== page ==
4. Conformity: Not Believing Your Lying Eyes

From social identity theory psychologists got a handle on group dynamics and prejudices, how natural it is for groups to elicit conformity among their members. In 1951 Solomon Asch set out to identify just how much individual judgment is affected by the group. In a test environment in which undergrads were asked to render a judgment after other subjects gave deliberately wrong answers, 50% of people gave the same wrong answer when their turn came. Only 25% of test subjects refused to be swayed by the false judgment of the others, while 5% always went with the crowd. The finding was that a third of people will ignore what they know to be true and go with a falsehood if they're in a group that insists on the falsehood being true. What else will people do under influence of the group?

5. Lying to Ourselves: Cognitive Dissonance


One might begin to suspect that people must be pretty good at either ignoring their own feelings, beliefs and desires, or flat out lying to themselves (and getting away with it). In a classic 1959 experiment psychologists designed an experiment with level upon level of deceit to see just how much a person will ignore their own experience, even to the point of helping to convince someone else of something they know is not true. The human capacity for sustaining cognitive dissonance has since been confirmed in many other well-designed experiments. This capacity is linked closely with our desire to join and fit in with a group, adjusting our own values and beliefs about things to align with those of others. Perhaps, knowing about these propensities, we can learn to avoid believing our own lies too much. A classic 1959 social psychology experiment demonstrates how and why we lie to ourselves. Understanding this experiment sheds a brilliant light on the dark world of our inner motivations. The ground-breaking social psychological experiment of Festinger and Carlsmith (1959) provides a central insight into the stories we tell ourselves about why we think and behave the way we do. The experiment is filled with ingenious deception so the best way to understand it is to imagine you are taking part. So sit back, relax and travel back. The time is 1959 and you are an undergraduate student at Stanford University...

As part of your course you agree to take part in an experiment on 'measures of performance'. You are told the experiment will take two hours. As you are required to act as an experimental subject for a certain number of hours in a year - this will be two more of them out of the way. Little do you know, the experiment will actually become a classic in social psychology. And what will seem to you like accidents by the experimenters are all part of a carefully controlled deception. For now though, you are innocent.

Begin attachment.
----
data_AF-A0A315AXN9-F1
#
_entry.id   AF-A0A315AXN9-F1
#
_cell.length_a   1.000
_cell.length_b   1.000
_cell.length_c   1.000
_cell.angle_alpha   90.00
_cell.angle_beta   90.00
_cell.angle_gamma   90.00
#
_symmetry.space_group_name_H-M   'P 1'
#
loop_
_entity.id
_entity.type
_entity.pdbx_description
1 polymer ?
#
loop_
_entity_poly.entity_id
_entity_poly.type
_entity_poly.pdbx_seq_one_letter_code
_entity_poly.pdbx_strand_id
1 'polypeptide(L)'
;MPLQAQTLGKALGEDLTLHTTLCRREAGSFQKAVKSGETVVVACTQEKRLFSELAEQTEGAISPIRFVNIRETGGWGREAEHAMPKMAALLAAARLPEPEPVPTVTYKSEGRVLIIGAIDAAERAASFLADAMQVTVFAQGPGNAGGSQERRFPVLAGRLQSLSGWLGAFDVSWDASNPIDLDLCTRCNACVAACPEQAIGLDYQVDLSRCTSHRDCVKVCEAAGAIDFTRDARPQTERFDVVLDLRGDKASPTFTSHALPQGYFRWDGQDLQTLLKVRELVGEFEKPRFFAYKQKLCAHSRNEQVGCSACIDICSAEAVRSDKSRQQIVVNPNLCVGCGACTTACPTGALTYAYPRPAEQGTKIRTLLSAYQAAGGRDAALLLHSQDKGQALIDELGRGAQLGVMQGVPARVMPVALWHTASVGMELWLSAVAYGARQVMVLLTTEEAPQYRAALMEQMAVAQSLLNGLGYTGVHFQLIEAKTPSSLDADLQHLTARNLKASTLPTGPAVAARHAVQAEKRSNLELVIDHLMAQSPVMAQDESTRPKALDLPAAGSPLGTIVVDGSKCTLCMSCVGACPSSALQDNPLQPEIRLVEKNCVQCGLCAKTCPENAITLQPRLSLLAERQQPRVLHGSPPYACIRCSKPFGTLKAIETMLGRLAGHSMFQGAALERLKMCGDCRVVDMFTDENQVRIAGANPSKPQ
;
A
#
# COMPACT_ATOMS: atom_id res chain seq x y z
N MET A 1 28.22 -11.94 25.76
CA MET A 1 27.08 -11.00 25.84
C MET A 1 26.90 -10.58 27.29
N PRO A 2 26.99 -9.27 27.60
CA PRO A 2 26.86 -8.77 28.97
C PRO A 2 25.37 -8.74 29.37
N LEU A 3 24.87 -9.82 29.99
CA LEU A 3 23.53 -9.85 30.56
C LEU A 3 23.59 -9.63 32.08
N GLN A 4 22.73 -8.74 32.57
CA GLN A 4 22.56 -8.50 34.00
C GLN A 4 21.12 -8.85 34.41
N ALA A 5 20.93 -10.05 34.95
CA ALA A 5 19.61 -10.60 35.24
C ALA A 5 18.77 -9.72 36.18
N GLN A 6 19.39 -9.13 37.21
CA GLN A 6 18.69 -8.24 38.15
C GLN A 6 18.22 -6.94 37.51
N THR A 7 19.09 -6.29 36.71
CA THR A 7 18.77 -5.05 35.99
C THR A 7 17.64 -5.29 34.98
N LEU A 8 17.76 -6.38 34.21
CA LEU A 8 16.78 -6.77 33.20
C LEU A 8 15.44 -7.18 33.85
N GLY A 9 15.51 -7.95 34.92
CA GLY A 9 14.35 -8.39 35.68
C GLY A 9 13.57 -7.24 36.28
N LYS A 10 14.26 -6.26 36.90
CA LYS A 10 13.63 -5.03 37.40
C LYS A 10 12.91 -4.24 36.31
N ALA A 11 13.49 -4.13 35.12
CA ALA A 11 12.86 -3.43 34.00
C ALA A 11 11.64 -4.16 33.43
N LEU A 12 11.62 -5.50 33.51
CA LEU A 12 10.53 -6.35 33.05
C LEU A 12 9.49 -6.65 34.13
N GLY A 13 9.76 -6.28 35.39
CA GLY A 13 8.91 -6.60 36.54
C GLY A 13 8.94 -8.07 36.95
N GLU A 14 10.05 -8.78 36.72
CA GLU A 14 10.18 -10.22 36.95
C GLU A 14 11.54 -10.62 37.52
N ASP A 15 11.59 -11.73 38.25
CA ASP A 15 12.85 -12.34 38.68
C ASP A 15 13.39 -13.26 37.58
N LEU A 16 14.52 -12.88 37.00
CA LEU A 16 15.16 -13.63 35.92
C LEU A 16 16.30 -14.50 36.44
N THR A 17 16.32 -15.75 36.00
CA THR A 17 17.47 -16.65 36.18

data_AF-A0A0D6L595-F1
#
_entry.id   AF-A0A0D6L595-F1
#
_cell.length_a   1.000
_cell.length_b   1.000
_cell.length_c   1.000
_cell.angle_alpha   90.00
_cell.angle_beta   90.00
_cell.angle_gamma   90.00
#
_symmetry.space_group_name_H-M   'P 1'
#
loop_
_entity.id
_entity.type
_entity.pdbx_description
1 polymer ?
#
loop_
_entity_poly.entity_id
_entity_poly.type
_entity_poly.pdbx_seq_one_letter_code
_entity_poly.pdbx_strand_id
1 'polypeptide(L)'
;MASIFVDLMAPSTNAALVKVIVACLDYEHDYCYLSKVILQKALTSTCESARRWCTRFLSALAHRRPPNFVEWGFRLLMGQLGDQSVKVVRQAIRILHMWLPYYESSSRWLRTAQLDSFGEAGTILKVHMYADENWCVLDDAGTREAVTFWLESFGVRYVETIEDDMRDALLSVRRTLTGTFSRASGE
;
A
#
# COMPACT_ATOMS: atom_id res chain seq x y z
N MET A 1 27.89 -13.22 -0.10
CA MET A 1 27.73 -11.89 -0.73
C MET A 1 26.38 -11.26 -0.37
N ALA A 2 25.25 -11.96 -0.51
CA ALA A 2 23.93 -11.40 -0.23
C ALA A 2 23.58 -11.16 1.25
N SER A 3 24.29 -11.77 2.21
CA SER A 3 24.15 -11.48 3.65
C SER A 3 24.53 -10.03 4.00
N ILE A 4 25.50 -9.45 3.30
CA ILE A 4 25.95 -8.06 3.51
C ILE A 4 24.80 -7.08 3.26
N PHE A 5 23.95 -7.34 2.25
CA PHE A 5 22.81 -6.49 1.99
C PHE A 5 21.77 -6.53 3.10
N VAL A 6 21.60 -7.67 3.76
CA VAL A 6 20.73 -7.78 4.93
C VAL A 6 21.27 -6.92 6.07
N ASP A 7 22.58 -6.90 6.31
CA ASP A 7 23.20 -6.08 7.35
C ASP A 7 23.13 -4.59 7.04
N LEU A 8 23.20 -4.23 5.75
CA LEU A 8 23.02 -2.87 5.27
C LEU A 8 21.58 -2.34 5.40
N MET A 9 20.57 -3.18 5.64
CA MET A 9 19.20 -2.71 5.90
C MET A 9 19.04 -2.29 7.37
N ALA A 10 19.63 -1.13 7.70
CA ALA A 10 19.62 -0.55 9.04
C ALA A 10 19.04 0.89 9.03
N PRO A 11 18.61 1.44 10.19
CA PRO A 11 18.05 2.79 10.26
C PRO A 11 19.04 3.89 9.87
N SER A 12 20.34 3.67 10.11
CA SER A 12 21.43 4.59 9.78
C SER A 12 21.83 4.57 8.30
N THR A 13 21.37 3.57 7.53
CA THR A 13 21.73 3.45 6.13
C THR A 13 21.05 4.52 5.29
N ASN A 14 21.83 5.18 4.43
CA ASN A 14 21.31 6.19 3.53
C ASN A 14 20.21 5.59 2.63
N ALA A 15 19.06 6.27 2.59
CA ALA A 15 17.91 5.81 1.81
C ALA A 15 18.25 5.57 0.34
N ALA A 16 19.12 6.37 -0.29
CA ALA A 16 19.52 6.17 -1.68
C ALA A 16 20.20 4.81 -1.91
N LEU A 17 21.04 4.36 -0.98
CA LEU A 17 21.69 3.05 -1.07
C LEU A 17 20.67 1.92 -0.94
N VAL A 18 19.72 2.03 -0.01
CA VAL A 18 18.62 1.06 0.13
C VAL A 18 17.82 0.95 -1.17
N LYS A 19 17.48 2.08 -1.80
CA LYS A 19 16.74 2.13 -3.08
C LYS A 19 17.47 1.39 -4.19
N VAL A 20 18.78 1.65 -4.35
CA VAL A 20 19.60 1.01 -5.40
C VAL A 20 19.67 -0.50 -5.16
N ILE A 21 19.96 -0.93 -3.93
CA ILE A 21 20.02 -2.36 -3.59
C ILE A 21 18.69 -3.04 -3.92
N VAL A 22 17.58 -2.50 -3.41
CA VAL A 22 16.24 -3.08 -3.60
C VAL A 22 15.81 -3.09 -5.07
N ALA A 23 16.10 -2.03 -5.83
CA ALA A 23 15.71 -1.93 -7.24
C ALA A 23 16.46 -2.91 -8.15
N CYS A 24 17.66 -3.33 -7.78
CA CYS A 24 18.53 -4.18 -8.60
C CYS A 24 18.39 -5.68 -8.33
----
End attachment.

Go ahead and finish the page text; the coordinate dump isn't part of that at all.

The set-up
Once in the lab you are told the experiment is about how your expectations affect the actual experience of a task. Apparently there are two groups and in the other group they have been given a particular expectation about the study. To instil the expectation subtly, the participants in the other groups are informally briefed by a student who has apparently just completed the task. In your group, though, you'll do the task with no expectations. Perhaps you wonder why you're being told all this, but nevertheless it makes it seem a bit more exciting now that you know some of the mechanics behind the experiment. So you settle down to the first task you are given, and quickly realise it is extremely boring. You are asked to move some spools around in a box for half an hour, then for the next half an hour you move pegs around a board. Frankly, watching paint dry would have been preferable. At the end of the tasks the experimenter thanks you for taking part, then tells you that many other people find the task pretty interesting. This is a little confusing - the task was very boring. Whatever. You let it pass.

Experimental slip-up
Then the experimenter looks a little embarrassed and starts to explain haltingly that there's been a cock-up. He says they need your help. The participant coming in after you is in the other condition they mentioned before you did the task - the condition in which they have an expectation before carrying out the task. This expectation is that the task is actually really interesting. Unfortunately the person who usually sets up their expectation hasn't turned up. So, they ask if you wouldn't mind doing it. Not only that but they offer to pay you $1. Because it's 1959 and you're a student this is not completely insignificant for only a few minutes work. And, they tell you that they can use you again in the future. It sounds like easy money so you agree to take part. This is great - what started out as a simple fulfilment of a course component has unearthed a little ready cash for you. You are quickly introduced to the next participant who is about to do the same task you just completed. As instructed you tell her that the task she's about to do is really interesting. She smiles, thanks you and disappears off into the test room. You feel a pang of regret for getting her hopes up. Then the experimenter returns, thanks you again, and once again tells you that many people enjoy the task and hopes you found it interesting.